The military has spent $500 million enforcing the "Don’t Ask, Don’t Tell" policy regarding gays and lesbians in the military.
Joe Morrissey on Wednesday, February 2nd, 2011 in a floor speech.
Del. Joe Morrissey says military spent $500 million enforcing Don't Ask, Don't Tell
Gays and lesbians will soon be allowed to serve openly in the United States military and a bill by Republican Del. Bob Marshall to ban them from the Virginia National Guard has been squashed in committee.
But that didn’t silence Del. Joe Morrissey, D-Henrico, who tried to counter Marshall by introducing legislation that would have barred the state from banning gays. His bill was killed by the same panel that snuffed Marshall’s.
Morrissey, still wanting to speak on the subject, rose on the House floor on Feb. 2 and said the military spent "half a billion dollars to drum [gays] out of the service."
Is he right?
Morrissey told us he based his statement on a report from The Williams Institute at the UCLA School of Law. The organization studies laws and public policies regarding sexual orientation.
A May, 2010 report from the group projected costs between $290.7 million and $555.2 million from 1994 and 2008. The research relied on information from the Government Accountability Office and the Palm Center at the University of California, Santa Barbara. The Palm Center studies gender and sexuality in the military.
We found two Government Accountability Office reports on the "Don’t Ask, Don’t Tell" policy. The first, released in 2005, examined the costs of the policy over its first decade, from 1994 through 2003. It said 9,488 soldiers and sailors were kicked out of the military under the policy during those years. The study said the dismissals cost the government about $95 million, using 2004 values, to recruit replacements.
The GAO said it was unable to obtain the cost of replacing Marines and 136 ousted officers. Administrative costs were not calculated as well.
In the GAO’s most recent report, released last month, the government watchdog reviewed dismissals from 2004 through 2009. That report found 3,664 expulsions and estimated the replacement cost at $193.3 million, in 2009 dollars.
The GAO said this study contained more detailed information than the previous report, including data on administrative expenses and the price of replacing officers, who are far more expensive to train because the military often pays for their education at a service academy or through the Reserve Officers’ Training Corps program.
But Zina Merritt, who spearheaded the GAO’s latest report, said these two studies don’t necessarily allow us to determine a total cost of dismissals over the entire life of the "Don’t Ask, Don’t Tell" program.
"In fact, we somewhat discourage doing that because there were a number of different factors on data we got this round that we didn’t get the last round," she said. "In 2005 the data didn’t include the Marine Corps, medical personnel and some other costs."
Merritt said it would be better to view the reports as a base-line estimate of costs associated with the program. She acknowledged the true expenses were likely higher, given the GAO’s inability to gather all of the data it sought.
The Palm Center tried to establish a more comprehensive cost figure with its 2006 report, which was authored by a commission that included former Defense Department officials, including William Perry, the Secretary of Defense from 1994 until 1997. Also serving on the panel were faculty members from the U.S. Military Academy and the Naval Postgraduate School.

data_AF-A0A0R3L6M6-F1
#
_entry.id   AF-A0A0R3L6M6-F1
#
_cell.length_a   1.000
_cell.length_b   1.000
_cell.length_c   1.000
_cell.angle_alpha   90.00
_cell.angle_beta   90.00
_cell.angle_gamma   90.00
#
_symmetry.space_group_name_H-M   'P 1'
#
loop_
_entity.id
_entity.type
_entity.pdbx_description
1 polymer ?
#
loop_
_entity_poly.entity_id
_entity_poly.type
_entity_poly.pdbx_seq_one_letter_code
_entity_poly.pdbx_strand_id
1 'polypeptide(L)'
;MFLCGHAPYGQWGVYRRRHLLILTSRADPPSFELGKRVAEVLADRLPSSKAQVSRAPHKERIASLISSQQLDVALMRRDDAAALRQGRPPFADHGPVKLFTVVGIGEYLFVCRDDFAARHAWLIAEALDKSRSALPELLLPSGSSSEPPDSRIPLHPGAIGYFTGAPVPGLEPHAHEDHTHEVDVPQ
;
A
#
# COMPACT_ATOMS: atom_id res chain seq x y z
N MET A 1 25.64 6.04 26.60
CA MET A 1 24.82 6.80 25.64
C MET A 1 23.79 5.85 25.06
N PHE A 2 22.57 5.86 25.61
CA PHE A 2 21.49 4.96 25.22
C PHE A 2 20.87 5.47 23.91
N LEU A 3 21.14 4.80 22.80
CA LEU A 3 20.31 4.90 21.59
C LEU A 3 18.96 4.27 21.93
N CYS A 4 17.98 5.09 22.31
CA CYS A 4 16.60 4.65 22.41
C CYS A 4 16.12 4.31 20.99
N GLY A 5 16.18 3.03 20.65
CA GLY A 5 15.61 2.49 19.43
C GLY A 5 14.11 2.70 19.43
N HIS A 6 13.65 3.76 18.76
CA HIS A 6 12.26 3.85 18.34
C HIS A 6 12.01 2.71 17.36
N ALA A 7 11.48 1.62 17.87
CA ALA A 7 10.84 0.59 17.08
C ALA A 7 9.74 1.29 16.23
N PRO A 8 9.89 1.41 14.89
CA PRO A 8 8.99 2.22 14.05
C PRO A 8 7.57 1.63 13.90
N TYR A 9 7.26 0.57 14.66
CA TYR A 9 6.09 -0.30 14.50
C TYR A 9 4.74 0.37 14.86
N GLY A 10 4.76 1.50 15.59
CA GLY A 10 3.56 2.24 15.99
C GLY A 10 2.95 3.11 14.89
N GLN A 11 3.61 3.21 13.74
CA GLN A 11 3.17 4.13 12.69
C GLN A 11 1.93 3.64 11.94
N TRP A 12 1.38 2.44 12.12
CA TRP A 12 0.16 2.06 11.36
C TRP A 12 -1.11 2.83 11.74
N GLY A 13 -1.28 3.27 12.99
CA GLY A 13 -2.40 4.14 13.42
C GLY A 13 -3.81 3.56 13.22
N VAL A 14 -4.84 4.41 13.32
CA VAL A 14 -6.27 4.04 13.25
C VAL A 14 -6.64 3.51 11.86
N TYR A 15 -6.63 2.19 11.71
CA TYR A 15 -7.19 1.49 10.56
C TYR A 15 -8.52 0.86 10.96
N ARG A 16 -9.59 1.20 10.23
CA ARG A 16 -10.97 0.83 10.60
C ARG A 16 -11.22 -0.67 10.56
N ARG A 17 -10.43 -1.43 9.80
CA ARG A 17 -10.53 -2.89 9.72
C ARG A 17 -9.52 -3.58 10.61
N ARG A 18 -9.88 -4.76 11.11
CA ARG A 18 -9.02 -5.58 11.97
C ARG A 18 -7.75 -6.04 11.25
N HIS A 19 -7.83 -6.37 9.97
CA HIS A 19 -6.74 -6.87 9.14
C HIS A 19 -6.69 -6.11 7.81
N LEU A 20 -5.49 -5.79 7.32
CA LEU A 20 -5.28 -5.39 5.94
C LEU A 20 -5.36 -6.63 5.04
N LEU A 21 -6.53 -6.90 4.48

The commission said the GAO’s 2005 report accounted for the cost of replacing soldiers but did not adjust for any value received by the military over the course of a discharged soldier’s service. The Palm Center study said the military underestimated the price of training soldiers. It noted that while a 1998 report said the average cost of training an enlistee is $28,800, the 2005 paper found that the Navy, which had the highest per-capita training cost, said it spent just $18,000 training a new enlistee. The Army and Air Force said they spent even less.
After speaking with an Army research analyst, the Palm Center group reported the average cost of training an Army recruit was between $45,600 to $56,400. Given that information, the Palm Center said it believes the GAO report underestimated training costs.
The commission also sought to calculate the costs of training officers. If found some officers,
such as jet pilots, can cost more than $1 million to train, though most are not as expensive.
The commission considered several other costs, such as money spent by the military on travel costs for discharged soldiers. The group ultimately estimated a $363.8 million price for the policy’s enforcement between 1994 and 2003. When the Williams Center’s estimate for next five years is included, the total cost is reported at $555.2 million for 1994 through 2008.
Morrissey said the military has spent "half a billion dollars" to dismiss gays and lesbians from the military.
If we combine the GAO costs from its two reports, we get a total of $288.3 million spent enforcing "Don’t Ask, Don’t Tell." And as the author of the most-recent report told us, that should be considered a minimum estimate, not an accurate total cost.
The Williams Institute at UCLA and the Palm Center at UCSB both believe the actual costs were higher. Williams put its most recent estimate at $555.2 million. Neither Williams nor the Palm Center had complete access to military records on recruitment and spending.
Morrissey’s figures are certainly reasonable. But because of the difference between the GAO figures and the figures from other groups, we rate his claim at Mostly True.